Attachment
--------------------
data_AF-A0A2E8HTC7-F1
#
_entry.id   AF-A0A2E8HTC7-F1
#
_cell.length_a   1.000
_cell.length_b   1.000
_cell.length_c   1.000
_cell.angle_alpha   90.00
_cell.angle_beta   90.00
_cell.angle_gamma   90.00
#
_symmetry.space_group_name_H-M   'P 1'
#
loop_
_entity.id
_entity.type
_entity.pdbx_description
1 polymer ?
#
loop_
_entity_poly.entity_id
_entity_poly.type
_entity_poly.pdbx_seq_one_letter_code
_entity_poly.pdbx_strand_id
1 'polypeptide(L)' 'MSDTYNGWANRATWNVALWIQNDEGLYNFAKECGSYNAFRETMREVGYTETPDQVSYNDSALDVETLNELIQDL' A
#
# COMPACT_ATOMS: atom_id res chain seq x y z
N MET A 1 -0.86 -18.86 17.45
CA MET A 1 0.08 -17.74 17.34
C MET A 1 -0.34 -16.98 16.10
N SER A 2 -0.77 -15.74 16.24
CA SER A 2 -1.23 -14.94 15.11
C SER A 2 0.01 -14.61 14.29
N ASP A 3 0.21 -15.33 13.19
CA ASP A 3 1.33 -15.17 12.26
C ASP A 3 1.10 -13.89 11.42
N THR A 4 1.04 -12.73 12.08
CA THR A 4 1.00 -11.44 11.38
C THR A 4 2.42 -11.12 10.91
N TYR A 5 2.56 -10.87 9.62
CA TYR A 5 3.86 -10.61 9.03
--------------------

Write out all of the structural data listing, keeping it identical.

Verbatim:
data_AF-A0A2E8HTC7-F1
#
_entry.id   AF-A0A2E8HTC7-F1
#
_cell.length_a   1.000
_cell.length_b   1.000
_cell.length_c   1.000
_cell.angle_alpha   90.00
_cell.angle_beta   90.00
_cell.angle_gamma   90.00
#
_symmetry.space_group_name_H-M   'P 1'
#
loop_
_entity.id
_entity.type
_entity.pdbx_description
1 polymer ?
#
loop_
_entity_poly.entity_id
_entity_poly.type
_entity_poly.pdbx_seq_one_letter_code
_entity_poly.pdbx_strand_id
1 'polypeptide(L)' 'MSDTYNGWANRATWNVALWIQNDEGLYNFAKECGSYNAFRETMREVGYTETPDQVSYNDSALDVETLNELIQDL' A
#
# COMPACT_ATOMS: atom_id res chain seq x y z
N MET A 1 -0.86 -18.86 17.45
CA MET A 1 0.08 -17.74 17.34
C MET A 1 -0.34 -16.98 16.10
N SER A 2 -0.77 -15.74 16.24
CA SER A 2 -1.23 -14.94 15.11
C SER A 2 0.01 -14.61 14.29
N ASP A 3 0.21 -15.33 13.19
CA ASP A 3 1.33 -15.17 12.26
C ASP A 3 1.10 -13.89 11.42
N THR A 4 1.04 -12.73 12.08
CA THR A 4 1.00 -11.44 11.38
C THR A 4 2.42 -11.12 10.91
N TYR A 5 2.56 -10.87 9.62
CA TYR A 5 3.86 -10.61 9.03